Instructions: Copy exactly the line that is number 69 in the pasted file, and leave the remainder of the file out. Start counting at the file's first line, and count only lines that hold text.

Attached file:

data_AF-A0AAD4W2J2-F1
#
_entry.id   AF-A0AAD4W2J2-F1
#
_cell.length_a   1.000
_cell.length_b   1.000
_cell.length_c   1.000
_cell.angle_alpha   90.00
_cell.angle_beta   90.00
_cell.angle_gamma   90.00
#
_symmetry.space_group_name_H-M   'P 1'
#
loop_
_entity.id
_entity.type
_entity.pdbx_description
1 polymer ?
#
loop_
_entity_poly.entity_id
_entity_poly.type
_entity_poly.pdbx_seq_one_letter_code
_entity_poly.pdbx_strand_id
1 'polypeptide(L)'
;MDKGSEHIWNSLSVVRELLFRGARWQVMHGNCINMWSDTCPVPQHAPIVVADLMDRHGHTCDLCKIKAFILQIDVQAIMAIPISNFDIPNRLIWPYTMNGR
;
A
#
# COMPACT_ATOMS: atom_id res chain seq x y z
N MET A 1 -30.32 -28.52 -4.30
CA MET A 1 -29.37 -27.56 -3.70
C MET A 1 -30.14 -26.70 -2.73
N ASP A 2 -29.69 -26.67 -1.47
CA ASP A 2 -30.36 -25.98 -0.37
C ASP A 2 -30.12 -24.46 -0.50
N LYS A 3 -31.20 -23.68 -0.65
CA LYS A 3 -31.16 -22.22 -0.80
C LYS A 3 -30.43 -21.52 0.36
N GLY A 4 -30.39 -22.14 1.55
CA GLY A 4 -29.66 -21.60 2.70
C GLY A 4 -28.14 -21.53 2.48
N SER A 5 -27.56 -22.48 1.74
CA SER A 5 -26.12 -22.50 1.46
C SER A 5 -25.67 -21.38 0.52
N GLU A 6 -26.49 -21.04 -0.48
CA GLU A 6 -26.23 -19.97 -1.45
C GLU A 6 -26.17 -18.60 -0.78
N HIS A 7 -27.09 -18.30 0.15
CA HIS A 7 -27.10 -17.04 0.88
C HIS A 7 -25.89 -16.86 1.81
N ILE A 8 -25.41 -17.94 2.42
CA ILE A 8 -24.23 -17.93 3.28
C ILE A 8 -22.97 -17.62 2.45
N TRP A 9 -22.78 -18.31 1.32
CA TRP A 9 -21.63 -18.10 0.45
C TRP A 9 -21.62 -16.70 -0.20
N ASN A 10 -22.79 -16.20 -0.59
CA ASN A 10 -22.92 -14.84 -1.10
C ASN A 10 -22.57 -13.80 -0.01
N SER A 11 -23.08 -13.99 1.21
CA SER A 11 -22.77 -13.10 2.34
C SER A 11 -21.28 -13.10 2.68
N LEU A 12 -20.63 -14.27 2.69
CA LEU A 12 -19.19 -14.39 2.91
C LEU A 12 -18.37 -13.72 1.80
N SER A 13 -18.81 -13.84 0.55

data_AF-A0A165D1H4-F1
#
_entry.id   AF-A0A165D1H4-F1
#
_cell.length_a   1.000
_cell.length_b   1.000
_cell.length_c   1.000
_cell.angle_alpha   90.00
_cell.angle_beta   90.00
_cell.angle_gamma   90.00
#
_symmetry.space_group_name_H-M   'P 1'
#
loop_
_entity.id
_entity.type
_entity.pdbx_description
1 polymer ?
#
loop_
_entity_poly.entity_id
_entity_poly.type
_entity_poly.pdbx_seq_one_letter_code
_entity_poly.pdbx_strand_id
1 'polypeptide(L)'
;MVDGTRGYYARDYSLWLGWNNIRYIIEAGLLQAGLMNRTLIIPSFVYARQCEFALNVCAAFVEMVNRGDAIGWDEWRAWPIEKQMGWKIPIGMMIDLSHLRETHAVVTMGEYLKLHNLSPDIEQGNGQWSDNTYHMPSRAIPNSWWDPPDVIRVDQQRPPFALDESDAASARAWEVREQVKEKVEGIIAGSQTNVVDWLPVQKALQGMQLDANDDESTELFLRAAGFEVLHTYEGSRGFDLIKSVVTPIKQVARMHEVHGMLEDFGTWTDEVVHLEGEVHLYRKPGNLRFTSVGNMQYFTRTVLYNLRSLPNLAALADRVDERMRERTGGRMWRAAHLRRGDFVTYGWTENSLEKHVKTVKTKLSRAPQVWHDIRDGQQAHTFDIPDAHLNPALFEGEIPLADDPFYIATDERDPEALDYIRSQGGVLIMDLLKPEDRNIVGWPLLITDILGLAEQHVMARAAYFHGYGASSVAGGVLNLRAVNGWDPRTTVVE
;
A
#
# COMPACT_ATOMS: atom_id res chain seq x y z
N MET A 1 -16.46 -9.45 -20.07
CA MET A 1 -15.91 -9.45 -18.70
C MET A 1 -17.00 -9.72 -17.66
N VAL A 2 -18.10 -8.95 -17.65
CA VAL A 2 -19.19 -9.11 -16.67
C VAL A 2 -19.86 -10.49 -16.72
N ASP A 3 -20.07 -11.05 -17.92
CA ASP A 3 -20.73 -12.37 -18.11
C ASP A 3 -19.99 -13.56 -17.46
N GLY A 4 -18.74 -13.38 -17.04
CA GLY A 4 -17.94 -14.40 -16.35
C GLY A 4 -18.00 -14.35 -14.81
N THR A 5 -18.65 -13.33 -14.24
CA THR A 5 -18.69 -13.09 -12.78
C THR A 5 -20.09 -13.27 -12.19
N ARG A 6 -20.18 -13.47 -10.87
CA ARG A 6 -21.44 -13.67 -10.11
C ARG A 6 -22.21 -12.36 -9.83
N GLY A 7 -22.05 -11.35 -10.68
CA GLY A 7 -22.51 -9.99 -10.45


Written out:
#